These words strike fear into the hearts of CEOs and salespeople like no others. The reality is that this is the one statement we should long to hear. Why?
Because it opens the door to negotiation. Now if you’re not an experienced negotiator I suggest that you take some classes, read some books, do whatever you need to do to develop this skill. It’s one that will serve you, not only in your business, but in your relationships with family and friends.
One simple question
In the meantime, here’s one question that will help you launch the negotiation. When a prospective buyer tells you your price is too high, simply ask “What would you like to give up?”
This simple question puts them on the defensive. They now have to explain why they think the price should be lower instead of you trying to convince them that your price is fair. Often they’ll cite another store or the internet where they can get a cheaper price.
To which you’ll respond, “I have no doubt that you can find a cheaper price, but what will you be giving up with that lower price?” Again, don’t be surprised if they say “Nothing, it’s the same product.”
Agree that it is the same product. Then ask what they’ll do when they experience the myriad problems that can occur after the sale. How will those be handled?
How will they feel dealing with a disembodied voice in a distant location that isn’t authorized to deal with their problem. Or they’re left to their own devices because it isn’t the company’s policy? How much time will they spend shipping the defective product back and forth versus getting an immediate exchange from you?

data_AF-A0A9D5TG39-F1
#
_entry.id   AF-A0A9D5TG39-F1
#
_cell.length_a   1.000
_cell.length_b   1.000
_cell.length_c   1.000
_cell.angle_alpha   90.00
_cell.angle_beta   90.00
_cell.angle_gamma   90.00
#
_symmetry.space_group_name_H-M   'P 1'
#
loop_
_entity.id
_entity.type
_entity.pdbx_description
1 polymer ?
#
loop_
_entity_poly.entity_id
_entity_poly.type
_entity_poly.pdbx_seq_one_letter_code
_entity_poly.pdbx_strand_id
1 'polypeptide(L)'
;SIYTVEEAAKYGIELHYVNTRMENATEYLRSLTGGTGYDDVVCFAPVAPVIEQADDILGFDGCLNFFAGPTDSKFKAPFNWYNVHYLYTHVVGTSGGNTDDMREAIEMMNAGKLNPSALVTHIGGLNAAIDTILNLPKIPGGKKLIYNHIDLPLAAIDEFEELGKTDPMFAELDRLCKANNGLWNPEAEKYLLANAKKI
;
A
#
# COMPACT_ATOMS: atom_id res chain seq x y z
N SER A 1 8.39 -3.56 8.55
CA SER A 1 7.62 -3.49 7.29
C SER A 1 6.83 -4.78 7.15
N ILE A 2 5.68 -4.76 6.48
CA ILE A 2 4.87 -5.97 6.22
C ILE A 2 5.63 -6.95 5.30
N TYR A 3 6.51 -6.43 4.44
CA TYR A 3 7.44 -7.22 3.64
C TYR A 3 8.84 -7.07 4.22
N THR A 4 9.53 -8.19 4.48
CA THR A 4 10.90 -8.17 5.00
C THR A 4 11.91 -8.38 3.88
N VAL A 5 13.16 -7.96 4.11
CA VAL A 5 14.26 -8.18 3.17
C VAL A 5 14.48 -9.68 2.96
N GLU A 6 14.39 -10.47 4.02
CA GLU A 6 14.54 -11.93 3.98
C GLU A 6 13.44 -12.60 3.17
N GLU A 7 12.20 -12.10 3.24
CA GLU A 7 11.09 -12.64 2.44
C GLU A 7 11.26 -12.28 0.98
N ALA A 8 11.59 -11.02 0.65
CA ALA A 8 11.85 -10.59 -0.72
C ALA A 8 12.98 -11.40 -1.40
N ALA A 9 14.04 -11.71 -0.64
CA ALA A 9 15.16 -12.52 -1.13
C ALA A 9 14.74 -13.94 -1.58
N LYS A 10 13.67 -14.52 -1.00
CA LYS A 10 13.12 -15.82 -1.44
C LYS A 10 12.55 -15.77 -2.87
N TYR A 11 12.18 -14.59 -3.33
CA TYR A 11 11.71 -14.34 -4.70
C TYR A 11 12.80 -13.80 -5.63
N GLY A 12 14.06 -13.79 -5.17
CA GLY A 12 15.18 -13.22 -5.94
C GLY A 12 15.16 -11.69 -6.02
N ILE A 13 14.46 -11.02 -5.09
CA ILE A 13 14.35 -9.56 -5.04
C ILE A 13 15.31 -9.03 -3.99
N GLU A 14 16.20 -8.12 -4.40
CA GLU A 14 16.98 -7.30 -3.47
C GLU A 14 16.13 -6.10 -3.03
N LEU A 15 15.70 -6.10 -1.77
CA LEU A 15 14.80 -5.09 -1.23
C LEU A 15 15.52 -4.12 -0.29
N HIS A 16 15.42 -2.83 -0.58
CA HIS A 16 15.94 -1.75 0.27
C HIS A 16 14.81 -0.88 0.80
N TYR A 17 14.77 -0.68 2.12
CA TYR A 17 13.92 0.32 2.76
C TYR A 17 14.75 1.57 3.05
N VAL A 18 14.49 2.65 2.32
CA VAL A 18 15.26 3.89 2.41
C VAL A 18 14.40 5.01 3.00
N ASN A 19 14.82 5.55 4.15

The goal isn’t to denigrate your competition, it’s to help your prospect understand why your price is higher than your competitors. That there are a number of intangibles that are often overlooked that add real value and warrant higher prices.
This approach also helps them make conscious decisions about the choices they make. If the price really is outside their budget, it opens the door for you to guide them to alternatives that will meet the majority of their needs and provide an enjoyable experience for them.
In B2B situations, that means tailoring the offering to their specific needs. In B2C transactions you offer alternative products after your questions have ferreted out what’s most important to them.
Your sales strategy should include sufficiently high prices to get prospective customers to say “But your price is too high!” It opens the door for you to:
- Discover what’s really important to your customers versus what’s nice to have.
- Guide them to making informed decisions that benefit them and you.
- Get higher prices despite what your competitors or the economy are doing.
In those instances in which the customer really only cares about price, it’ll let you recognize that condition early in the sales process so that you limit the amount of time and energy expended in what will inevitably be a failed effort.
Once you’ve developed the skills you’ll find that negotiating is a lot of fun. It’s a wonderful outlet for the creativity that exists within each of us. Enjoy!
More Business articles from Business 2 Community: